Tuesday, September 23, 2014

Sure they will ...

Yesterday was a good day. The Beast came to life and Kintala was a going concern once again. But the engine run came late in the day and didn't do much more than prove the Beast still had life in it and that the cooling system wasn't spewing raw or fresh water everywhere.

That last was a bit of a concern and the reason the engine run had come so late in the day. For, earlier in the day, spewing fresh water had proved a bit of a set-back. It wasn't spewing really, more like drooling out of the seam between the exhaust riser and the heat exchanger. The seam held together with the shiny new studs and supposedly sealed with brandy new, high-tech, gaskets. It was also the very first thing assembled and thus at the bottom, if you will, of the pile. Getting to it meant taking everything off that we had spent the day before putting on. That was the bad news.

The good news was that, when it comes to mechanical things, the second time one does a thing often goes much, must faster than the first time. I indulged in a few moments of deep depression while watching the drip of cooling fluid, heaved a sigh and a few choice words, then accepted my fate and reached for the ½ inch wrench to start the proceedings. An hour or so later the unit was back up on the bench. A couple of hours after that it was hanging back on the engine.  With the hope of avoiding taking the thing apart a third time to fix a drool, two low tech, home made gaskets were installed and reinforced with ...

No Leak Silicone Gasket
Guaranteed Not To Leak.

It says so right on the tube twice – just in case you didn't see the “NO Leak” subtitle.  It wasn't clear if they really meant it, or if they were just trying to convince themselves (and me) that it would actually work.  But the short engine run at the end of the day proved the advertising.  The wet stuff stayed in the wet stuff tank.  No drips.  No drools.

So today started with a longer run to: a) check again for leaks and, b) warm up the oil for changing. The oil change part didn't happen because it was soon apparent the engine was getting too warm. In spite of the impressive spouts of water gushing from Kintala's port side exhaust, the water temperature gauge climbed right up to 200 degrees and showed no inclination of stopping there. Cue the deep depression once again.  (All gauge readings, by the way, were confirmed with a CEN-TECH infrared thermometer. That thing has become one of the “go to” tools when it comes to troubleshooting. Don't leave the dock without one, even if you don't have a WesterBeast hounding your life.)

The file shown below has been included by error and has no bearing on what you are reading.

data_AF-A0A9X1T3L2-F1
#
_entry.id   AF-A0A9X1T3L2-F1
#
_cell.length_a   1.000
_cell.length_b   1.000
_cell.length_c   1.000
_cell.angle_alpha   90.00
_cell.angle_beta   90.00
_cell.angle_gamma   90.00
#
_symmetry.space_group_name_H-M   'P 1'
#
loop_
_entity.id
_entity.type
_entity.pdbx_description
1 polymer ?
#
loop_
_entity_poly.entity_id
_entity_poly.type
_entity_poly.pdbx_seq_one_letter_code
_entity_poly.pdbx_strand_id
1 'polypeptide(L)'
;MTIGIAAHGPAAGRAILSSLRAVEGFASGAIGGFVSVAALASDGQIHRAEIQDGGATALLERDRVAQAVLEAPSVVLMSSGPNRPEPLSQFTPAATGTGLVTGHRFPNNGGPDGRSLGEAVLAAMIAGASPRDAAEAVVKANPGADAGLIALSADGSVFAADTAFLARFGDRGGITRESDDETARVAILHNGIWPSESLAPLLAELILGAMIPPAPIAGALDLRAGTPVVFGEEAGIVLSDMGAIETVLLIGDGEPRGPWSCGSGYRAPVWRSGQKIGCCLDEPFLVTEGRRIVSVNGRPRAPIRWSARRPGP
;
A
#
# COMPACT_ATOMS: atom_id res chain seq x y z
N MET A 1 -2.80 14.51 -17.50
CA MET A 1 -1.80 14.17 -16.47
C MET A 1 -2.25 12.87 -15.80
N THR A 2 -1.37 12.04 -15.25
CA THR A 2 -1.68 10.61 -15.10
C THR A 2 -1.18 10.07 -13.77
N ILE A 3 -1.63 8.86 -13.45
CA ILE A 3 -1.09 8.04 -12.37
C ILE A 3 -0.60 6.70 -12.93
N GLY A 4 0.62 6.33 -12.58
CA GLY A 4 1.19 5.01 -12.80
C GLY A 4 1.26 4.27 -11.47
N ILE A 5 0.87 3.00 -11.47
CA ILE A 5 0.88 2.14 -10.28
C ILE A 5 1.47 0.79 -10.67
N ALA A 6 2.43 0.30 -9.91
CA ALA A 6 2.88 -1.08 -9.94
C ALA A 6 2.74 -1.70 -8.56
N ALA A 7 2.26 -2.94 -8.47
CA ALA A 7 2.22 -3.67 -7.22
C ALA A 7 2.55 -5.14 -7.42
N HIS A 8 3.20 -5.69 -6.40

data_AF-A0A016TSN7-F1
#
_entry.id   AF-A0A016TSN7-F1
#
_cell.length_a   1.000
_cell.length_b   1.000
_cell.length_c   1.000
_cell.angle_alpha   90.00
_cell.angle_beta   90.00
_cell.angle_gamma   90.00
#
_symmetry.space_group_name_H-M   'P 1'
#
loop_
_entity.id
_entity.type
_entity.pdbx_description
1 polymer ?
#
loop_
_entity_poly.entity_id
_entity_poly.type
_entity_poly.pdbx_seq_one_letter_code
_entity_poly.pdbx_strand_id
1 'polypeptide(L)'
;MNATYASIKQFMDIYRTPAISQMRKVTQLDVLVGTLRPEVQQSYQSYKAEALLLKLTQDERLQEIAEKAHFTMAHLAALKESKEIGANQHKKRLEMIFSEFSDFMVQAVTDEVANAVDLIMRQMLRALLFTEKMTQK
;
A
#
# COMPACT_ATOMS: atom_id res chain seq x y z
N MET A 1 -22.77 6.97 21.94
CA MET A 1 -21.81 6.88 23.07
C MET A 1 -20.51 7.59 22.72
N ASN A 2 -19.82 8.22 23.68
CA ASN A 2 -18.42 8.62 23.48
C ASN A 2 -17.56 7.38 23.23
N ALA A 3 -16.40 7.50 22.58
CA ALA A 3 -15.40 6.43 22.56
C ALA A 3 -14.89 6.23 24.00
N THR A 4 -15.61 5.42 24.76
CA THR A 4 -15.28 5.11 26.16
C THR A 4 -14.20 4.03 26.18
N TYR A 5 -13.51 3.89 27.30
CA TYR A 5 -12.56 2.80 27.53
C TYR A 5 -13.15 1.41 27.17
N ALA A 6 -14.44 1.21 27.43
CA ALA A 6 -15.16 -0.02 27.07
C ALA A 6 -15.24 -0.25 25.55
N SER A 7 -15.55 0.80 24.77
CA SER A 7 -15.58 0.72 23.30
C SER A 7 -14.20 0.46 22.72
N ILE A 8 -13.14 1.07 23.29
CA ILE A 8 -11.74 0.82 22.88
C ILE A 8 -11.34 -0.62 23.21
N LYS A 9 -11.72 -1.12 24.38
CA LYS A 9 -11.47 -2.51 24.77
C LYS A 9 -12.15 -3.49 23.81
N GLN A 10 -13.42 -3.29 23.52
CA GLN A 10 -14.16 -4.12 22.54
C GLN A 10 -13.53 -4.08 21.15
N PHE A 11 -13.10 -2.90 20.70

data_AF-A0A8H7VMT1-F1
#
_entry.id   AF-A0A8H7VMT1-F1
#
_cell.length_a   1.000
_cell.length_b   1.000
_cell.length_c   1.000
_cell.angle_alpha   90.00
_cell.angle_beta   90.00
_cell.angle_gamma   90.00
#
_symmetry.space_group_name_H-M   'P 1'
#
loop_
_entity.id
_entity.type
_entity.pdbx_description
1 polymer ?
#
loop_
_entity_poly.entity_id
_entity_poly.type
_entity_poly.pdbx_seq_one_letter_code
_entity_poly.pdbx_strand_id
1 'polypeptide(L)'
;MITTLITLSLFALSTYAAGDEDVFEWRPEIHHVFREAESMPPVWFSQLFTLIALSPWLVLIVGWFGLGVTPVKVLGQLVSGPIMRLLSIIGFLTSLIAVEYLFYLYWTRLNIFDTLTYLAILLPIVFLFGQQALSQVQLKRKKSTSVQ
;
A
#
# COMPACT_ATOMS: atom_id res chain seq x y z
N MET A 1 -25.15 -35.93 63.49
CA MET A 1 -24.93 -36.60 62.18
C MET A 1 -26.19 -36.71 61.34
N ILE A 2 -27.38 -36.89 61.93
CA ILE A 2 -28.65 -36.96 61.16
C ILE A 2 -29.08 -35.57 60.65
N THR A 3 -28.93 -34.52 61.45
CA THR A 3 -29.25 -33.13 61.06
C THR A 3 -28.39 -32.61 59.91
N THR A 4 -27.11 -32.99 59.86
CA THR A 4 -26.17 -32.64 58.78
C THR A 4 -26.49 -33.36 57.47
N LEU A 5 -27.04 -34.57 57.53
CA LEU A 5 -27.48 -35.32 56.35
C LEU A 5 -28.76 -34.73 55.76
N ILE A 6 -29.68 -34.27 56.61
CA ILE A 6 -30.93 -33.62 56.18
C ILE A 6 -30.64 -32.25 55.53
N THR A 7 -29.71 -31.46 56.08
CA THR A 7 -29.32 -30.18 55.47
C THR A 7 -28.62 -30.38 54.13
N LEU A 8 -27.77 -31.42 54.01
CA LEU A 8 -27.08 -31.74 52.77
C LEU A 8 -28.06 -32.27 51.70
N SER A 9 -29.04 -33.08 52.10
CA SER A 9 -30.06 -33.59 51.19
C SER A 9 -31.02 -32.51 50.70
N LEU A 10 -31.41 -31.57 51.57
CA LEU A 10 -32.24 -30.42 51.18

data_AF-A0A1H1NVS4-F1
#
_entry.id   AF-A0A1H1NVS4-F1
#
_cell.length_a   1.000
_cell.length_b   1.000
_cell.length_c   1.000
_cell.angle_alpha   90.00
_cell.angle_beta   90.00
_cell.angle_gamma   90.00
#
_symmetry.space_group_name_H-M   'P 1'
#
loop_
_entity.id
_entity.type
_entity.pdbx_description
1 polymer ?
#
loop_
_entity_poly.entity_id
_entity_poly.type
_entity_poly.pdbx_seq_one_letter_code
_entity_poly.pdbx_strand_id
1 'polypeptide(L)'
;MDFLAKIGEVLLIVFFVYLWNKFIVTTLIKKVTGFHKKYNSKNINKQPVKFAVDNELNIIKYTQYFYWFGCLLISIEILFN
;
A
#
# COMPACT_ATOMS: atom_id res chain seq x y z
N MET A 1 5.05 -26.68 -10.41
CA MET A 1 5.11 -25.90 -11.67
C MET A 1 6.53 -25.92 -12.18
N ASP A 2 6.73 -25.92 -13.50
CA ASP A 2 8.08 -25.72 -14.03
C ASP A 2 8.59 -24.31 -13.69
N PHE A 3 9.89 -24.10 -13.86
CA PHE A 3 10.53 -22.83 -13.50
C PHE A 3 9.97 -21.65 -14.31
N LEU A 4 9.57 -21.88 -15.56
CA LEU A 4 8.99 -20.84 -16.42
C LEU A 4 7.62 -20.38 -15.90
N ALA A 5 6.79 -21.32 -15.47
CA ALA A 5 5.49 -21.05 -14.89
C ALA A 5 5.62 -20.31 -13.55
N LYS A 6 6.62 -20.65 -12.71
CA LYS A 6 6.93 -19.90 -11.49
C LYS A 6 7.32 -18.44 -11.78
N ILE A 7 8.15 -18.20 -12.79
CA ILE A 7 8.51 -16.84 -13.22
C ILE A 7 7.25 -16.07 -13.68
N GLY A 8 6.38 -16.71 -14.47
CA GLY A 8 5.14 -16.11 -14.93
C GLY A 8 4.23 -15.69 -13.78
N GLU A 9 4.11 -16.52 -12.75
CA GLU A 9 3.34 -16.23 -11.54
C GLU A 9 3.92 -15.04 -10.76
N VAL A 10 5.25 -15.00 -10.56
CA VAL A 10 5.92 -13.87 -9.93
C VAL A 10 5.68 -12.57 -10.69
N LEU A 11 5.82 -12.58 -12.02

Ed Note: And you might want to buy two so you don't have to rescue yours from the galley where your admiral finds it extremely useful to test bread making liquids and pizza pan temps...

Careful to let things cool off a little (the engine, not me) before removing the cap, I did a post run check of the coolant level.  (Having boiling hot and pressurized fluid explode out of the expansion tank of any hot engine will really spoil a day.  I speak from painful experience suffered years ago - and still grimace a little when popping the cap.)

The level was down a little.  Not unexpected. Getting the air out of old marine diesel systems, both fuel and coolant, is a constant source of problems. We really struggled with the engine in Nomad, that thing driving me to near distraction with the gymnastics required to get all the air out of the cooling loop. Something Deb kept reminding me of as I jumped to my normal conclusion that the Beast had come up with yet another way to ruin my day.

Something I grew more sure of with a top off and another run … with the same results. And again. Finally, with a bit of a desperation showing though my normal cheery self, I pulled one of the hoses off the engine that feeds coolant to the boat's water heater. Green stuff was pored in the open end until it flowed all the way around and back out of the engine. It didn't take very much, but it did take some. Then, with the engine running for the fourth (or fifth – I lost count) time, I bled a little air through the valve at the top of the thermostat housing. That puppy gets hot and sits close to a running belt. Some care is needed to get all of ones fingers back whole and unscorched when playing this game, but it worked. The engine settled at 178 degrees, even dropping a little with added RPM.

So tomorrow, with just six days left before Kintala needs to get out of Cooley's, we will try once again to heat the oil and get it changed.

I'm sure things will go just fine.

Sure they will.


Latitude 43 said...

Congrats! You been recognized and appreciated with the Liebster, not lobster, award!

Lacey Jaye said...

Once in the past I had an customers overheating marine engine that would slowly over heat. I did everything I could think of to fix the problem... Then I found out that the customer was draining the cooling system and refilling it with straight out of the bottle cooling fluid. No water!
I am sure you are mixing your fluids to the proper 50/50 mix.

TJ said...

50/50, I use the pre-mix. That way I'm sure the water isn't contaminating the coolant in any way. I'm not always sure that water bought over the counter is as advertised, and there is no telling what is in the stuff coming out of the tap.